If you’ve got a quarter nearby, hold it in your hand for a moment. That quarter, at approximately 6 grams, is the same weight as Maine’s smallest winter resident bird, the Golden-crowned Kinglet. These tiny, lively birds can survive temperatures as low as -40℉, in part by roosting in small groups, huddled together near the trunk in the protective foliage of a spruce or fir. You are most likely to see Golden-crowned Kinglets in coniferous trees throughout the year; they breed in coniferous forests in the northwestern half of the state and Downeast, especially at higher elevations. In the winter, they are found throughout the state and frequently join mixed foraging flocks with chickadees and nuthatches. Listen for their distinctive, high-pitched calls that sound like two or three notes from a tiny referee’s whistle. You can visually distinguish them by their active foraging behavior, fluttering and hovering around the outer twigs. Even in the winter, Golden-crowned Kinglets eat mostly insects, which they pull from clusters of buds and bark crevices. They are often quite trusting, sometimes foraging close enough for you to see their splendid golden crown. Keep an eye on the conifers in your yard this winter and you might catch a glimpse of Maine’s smallest winter bird.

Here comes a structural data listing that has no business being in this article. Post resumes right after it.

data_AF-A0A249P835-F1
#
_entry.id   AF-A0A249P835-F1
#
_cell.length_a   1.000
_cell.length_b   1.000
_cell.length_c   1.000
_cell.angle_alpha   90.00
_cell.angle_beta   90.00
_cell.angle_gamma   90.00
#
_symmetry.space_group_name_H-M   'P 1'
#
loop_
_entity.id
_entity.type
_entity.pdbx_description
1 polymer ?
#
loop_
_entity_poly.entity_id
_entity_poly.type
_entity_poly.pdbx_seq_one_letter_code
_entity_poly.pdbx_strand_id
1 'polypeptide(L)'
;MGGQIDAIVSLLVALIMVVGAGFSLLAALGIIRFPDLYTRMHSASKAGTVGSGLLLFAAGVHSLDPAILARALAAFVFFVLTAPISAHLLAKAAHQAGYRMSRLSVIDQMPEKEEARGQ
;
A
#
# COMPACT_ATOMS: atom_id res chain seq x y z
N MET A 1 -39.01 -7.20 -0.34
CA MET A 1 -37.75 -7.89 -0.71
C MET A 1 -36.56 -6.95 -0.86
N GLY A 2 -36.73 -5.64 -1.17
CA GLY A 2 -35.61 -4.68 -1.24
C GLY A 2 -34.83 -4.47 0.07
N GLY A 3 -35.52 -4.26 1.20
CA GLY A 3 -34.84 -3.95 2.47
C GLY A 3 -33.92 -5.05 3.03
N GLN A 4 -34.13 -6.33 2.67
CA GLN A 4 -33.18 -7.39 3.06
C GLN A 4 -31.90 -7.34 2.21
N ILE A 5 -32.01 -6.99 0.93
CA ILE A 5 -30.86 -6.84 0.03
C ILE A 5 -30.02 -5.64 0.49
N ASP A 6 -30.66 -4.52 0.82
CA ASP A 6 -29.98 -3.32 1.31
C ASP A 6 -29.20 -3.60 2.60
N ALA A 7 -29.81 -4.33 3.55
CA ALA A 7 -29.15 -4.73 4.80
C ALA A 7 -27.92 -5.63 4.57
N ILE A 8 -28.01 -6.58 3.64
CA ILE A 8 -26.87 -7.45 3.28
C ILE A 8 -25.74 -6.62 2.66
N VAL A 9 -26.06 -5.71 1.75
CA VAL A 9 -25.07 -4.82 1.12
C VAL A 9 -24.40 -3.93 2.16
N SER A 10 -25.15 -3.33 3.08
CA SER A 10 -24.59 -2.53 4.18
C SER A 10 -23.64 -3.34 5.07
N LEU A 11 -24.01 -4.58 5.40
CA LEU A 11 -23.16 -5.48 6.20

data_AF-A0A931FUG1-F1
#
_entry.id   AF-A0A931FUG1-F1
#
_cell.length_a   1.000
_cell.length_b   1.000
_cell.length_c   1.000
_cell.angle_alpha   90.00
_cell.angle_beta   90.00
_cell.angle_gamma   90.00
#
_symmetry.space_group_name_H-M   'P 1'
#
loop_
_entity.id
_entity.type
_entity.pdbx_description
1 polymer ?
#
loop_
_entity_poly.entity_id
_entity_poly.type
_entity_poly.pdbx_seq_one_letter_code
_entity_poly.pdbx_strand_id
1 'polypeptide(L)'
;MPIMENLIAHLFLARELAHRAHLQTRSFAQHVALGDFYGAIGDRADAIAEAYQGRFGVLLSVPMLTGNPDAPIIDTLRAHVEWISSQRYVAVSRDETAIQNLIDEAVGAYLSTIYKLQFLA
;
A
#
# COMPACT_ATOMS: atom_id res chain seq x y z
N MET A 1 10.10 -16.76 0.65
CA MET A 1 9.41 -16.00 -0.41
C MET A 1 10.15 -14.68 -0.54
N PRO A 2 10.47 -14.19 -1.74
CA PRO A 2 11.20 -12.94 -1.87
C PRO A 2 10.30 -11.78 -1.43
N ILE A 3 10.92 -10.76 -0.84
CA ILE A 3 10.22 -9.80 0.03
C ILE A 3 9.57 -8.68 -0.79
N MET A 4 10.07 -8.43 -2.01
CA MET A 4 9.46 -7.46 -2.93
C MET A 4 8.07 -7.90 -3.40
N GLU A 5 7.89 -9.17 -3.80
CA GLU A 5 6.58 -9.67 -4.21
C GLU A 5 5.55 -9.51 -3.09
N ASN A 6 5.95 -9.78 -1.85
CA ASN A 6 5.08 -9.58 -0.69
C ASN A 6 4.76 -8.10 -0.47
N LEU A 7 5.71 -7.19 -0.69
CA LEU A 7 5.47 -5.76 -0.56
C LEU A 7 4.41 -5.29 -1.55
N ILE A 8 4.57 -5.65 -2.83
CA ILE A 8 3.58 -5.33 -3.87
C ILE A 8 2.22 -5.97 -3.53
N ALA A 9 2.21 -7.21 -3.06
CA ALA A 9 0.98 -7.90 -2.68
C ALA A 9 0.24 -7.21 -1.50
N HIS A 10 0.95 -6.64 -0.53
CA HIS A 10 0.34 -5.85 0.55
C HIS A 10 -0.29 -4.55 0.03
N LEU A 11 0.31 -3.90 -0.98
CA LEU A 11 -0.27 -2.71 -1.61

Backyard Bird of the Month is a feature by Maine Audubon created for the Maine Home Garden News, the newsletter of the University of Maine Cooperative Extension: Garden and Yard